Cider; mead [hydromel]; wine in Class 33 and lagers; malt beer; porter; shandy; stout; beer; beers enriched with minerals; wheat beer; coffee-flavored beer; low alcohol beer; beer-based cocktails in Class 32 are similar to the opponent’s vodka. Although their production processes are different, these goods all belong to the same category of alcoholic drinks intended for the general public. They can be served in restaurants and in bars and are on sale in supermarkets and grocery stores. These drinks can be found in the same section of supermarkets, although they can also be distinguished to some extent by subcategory. Furthermore, they can originate from the same undertakings.

Non-alcoholic beverages in class 32, such as non-alcoholic beer; kvass [non-alcoholic beverage] on the one hand, and the opponent’s vodka in Class 33 on the other, are often sold side by side both in shops and bars and on drinks menus. These goods target the same public and may be in competition. Therefore, they are similar to a low degree.

The applicant refers to previous decisions of the Office to support its arguments as regards the dissimilarity of the goods. However, the Office is not bound by its previous decisions as each case has to be dealt with separately and with regard to its particularities.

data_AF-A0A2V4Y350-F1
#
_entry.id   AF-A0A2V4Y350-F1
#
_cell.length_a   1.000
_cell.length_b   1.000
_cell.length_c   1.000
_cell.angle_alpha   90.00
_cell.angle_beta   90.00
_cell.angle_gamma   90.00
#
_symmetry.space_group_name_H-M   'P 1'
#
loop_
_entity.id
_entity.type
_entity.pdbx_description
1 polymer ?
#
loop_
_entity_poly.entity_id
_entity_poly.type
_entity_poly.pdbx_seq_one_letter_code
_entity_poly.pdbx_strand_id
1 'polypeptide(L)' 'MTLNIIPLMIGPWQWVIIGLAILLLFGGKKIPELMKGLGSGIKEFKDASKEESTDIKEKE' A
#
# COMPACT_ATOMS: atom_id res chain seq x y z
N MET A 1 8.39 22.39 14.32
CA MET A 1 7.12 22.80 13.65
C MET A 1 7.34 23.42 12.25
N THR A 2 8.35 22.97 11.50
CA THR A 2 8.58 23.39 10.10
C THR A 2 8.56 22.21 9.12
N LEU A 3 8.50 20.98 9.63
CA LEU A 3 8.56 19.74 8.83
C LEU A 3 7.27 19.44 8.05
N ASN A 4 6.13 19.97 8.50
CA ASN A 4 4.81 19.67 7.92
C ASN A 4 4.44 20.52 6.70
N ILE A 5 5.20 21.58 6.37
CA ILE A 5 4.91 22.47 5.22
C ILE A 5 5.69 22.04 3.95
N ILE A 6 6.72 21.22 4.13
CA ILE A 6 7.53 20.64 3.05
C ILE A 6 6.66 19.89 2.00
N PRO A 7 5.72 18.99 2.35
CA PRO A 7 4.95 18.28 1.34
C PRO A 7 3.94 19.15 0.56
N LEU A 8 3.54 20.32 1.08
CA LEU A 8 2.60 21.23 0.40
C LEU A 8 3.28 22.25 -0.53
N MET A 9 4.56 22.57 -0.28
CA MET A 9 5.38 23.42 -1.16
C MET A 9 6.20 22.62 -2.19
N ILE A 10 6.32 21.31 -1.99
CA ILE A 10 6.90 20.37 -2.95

This practice has been fully supported by the General Court, which stated that, according to settled case-law, the legality of decisions is to be assessed purely with reference to the EUTMR, and not to the Office’s practice in earlier decisions (30/06/2004, T-281/02, Mehr für Ihr Geld, EU:T:2004:198).

Even though previous decisions of the Office are not binding, their reasoning and outcome should still be duly considered when deciding upon a particular case.

In the present case, however, most of the previous cases referred to by the applicant are not relevant to the present proceedings. Some are dated in 1999, whereas the Office’s practice has been modified and adjusted to jurisprudence several times during the period of almost 20 years. The applicant refers to one particular decision of the Board of Appeal, R1218/2007-2 of 10/04/2008, COBANA/COVARA, which however compared wine to banana liqueur, which is not the product compared here.